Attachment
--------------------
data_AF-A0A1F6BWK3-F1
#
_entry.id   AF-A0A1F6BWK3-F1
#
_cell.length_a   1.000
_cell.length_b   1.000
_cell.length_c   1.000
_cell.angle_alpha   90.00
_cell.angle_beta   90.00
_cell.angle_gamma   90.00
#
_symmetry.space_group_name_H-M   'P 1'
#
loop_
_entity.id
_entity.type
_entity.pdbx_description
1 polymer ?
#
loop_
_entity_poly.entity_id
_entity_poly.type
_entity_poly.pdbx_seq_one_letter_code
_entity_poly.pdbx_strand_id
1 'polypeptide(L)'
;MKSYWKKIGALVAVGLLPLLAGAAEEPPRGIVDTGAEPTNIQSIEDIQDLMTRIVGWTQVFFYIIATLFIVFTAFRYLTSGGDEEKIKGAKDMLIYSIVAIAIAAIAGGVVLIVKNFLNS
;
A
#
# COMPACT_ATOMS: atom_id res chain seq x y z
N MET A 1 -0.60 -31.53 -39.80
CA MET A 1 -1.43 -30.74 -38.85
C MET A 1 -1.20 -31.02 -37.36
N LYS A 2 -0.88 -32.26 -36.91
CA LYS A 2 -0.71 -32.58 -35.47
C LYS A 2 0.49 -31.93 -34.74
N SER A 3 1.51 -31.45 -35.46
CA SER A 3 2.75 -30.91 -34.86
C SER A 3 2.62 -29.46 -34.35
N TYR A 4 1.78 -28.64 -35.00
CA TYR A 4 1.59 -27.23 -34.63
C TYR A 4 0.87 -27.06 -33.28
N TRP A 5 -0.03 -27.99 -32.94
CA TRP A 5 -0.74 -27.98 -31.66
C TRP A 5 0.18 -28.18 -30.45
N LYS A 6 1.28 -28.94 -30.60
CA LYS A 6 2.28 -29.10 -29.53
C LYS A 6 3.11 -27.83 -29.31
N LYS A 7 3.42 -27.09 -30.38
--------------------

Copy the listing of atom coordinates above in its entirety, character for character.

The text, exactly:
data_AF-A0A1F6BWK3-F1
#
_entry.id   AF-A0A1F6BWK3-F1
#
_cell.length_a   1.000
_cell.length_b   1.000
_cell.length_c   1.000
_cell.angle_alpha   90.00
_cell.angle_beta   90.00
_cell.angle_gamma   90.00
#
_symmetry.space_group_name_H-M   'P 1'
#
loop_
_entity.id
_entity.type
_entity.pdbx_description
1 polymer ?
#
loop_
_entity_poly.entity_id
_entity_poly.type
_entity_poly.pdbx_seq_one_letter_code
_entity_poly.pdbx_strand_id
1 'polypeptide(L)'
;MKSYWKKIGALVAVGLLPLLAGAAEEPPRGIVDTGAEPTNIQSIEDIQDLMTRIVGWTQVFFYIIATLFIVFTAFRYLTSGGDEEKIKGAKDMLIYSIVAIAIAAIAGGVVLIVKNFLNS
;
A
#
# COMPACT_ATOMS: atom_id res chain seq x y z
N MET A 1 -0.60 -31.53 -39.80
CA MET A 1 -1.43 -30.74 -38.85
C MET A 1 -1.20 -31.02 -37.36
N LYS A 2 -0.88 -32.26 -36.91
CA LYS A 2 -0.71 -32.58 -35.47
C LYS A 2 0.49 -31.93 -34.74
N SER A 3 1.51 -31.45 -35.46
CA SER A 3 2.75 -30.91 -34.86
C SER A 3 2.62 -29.46 -34.35
N TYR A 4 1.78 -28.64 -35.00
CA TYR A 4 1.59 -27.23 -34.63
C TYR A 4 0.87 -27.06 -33.28
N TRP A 5 -0.03 -27.99 -32.94
CA TRP A 5 -0.74 -27.98 -31.66
C TRP A 5 0.18 -28.18 -30.45
N LYS A 6 1.28 -28.94 -30.60
CA LYS A 6 2.28 -29.10 -29.53
C LYS A 6 3.11 -27.83 -29.31
N LYS A 7 3.42 -27.09 -30.38